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must be stunted to be made equal, and be rigid to be made even. The trees of the forest must be clipped to one pattern. The windings of the river must be straightened to the most undeviating line. “Avenir " We cannot welcome it. We see in this formalistic plan no seeds of power, no auguries of glory ! The nation, so handled and worked into its shape, never can be illustrious! Its generations can only be cycles of what has been There is no advance. It has no susceptibility of progression. It never can be greater, by the All Hail, Hereafter ! Poor Louis, from his Bed of Justice at Versailles, declared his “resolve to establish, in every part of his kingdom, that unity of design and system, that correspondence of the parts with the whole, without which a great State is only weakened by the number and extent of its territories." He, therefore, would put down the various parliaments of his kingdom. He must centralise! He provoked the nobility and clergy against him, as well as the people. The project brought him to the prison and the block. Such uniform education binds and tethers a people. It leaves generation after generation in the same hopeless state. It allays discontent, but it is by stopping all progress: it is the gain of slavish supineness at the loss of immortal craving: you, for the sake of the citizen, forego the man. The pendulum does not describe an arc of more unvarying measurements, nor sweep a succession of more tiresome vibrations.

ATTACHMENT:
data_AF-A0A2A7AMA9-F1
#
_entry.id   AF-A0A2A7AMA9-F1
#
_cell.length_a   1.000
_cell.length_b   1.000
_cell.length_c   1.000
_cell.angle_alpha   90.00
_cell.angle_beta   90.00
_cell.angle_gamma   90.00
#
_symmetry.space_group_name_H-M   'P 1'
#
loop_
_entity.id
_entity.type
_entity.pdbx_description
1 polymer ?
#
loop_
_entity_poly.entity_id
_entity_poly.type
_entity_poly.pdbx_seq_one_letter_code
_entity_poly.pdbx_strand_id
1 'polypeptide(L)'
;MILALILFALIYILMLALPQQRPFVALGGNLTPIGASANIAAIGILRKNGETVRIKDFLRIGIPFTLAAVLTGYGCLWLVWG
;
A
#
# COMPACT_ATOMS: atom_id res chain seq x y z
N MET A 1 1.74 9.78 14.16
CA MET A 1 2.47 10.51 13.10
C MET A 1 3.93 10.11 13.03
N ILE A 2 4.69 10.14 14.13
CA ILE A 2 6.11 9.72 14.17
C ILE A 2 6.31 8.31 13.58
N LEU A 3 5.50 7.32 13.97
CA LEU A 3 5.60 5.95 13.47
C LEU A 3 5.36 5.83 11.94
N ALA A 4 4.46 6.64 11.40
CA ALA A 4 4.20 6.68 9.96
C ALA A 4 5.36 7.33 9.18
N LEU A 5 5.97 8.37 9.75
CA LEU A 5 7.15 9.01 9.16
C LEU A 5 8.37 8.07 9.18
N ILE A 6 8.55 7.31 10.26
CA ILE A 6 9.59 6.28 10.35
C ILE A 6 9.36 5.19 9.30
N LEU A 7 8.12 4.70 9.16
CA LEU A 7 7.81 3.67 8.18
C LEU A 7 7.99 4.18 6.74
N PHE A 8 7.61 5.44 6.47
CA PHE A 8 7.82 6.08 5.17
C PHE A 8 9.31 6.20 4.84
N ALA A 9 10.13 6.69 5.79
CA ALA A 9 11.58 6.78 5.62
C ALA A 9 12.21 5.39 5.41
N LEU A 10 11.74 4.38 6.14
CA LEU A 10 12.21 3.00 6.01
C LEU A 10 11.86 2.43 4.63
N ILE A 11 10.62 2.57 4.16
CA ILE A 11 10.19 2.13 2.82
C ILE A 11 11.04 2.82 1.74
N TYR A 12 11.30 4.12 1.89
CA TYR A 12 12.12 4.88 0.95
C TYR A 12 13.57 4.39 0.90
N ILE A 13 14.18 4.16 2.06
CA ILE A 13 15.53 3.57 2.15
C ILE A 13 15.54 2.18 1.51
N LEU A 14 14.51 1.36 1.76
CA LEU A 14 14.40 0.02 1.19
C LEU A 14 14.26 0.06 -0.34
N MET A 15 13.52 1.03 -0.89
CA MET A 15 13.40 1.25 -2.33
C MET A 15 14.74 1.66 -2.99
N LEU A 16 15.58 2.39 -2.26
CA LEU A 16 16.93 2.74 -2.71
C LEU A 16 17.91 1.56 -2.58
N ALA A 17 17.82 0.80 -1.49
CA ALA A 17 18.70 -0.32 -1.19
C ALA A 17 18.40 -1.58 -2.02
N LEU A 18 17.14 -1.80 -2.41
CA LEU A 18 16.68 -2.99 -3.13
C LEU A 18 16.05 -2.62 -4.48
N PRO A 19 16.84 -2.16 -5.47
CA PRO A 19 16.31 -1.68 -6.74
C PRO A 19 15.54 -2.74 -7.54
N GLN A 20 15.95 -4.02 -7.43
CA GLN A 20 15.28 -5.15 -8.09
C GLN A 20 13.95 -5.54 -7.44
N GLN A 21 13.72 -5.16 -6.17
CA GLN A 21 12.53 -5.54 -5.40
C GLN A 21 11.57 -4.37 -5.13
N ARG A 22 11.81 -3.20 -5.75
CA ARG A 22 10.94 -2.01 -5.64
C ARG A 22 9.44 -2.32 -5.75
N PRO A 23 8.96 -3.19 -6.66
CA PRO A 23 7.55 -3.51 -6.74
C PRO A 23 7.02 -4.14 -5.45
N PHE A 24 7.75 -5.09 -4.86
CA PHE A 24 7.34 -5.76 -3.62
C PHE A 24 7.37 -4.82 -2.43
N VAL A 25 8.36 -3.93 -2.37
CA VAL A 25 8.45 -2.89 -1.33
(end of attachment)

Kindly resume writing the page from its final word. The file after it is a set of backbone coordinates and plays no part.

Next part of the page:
But even now the reaction comes. The State and the Church of France cannot act together, nor agree as to the proper share of each in this business. The Minister of Public Instruction, in this present year, (1844,) has brought in his Education Bill, establishing liberty of instruction for all individuals, and the right of parents to educate their children in their own way,—securing perfect control for the government only in all public establishments. The Monarch, on opening the present Session of the Chambers, announced his wishes to give freedom to education. The meaning is plain. The Church would overawe the Civil Power, and claimed, for this end, the training of the people: the Civil Power perceives that it must abandon some portion of its former pretensions, in order to hold in check the haughty purposes of the Church. The Univers, the organ of the hierarchy, furiously assails the Bill. Between these fierce encounters, which shall be the greater tyrant and divide the larger ascendancy, State or Church, the only hope arises, that the youth of France may escape being brought into bonds by both | Such struggles, if not the happiest means, are, perhaps, the surest earnests, of liberty! When Pope and Emperor contended, then only was the breathing time for liberty, —then only was Europe free!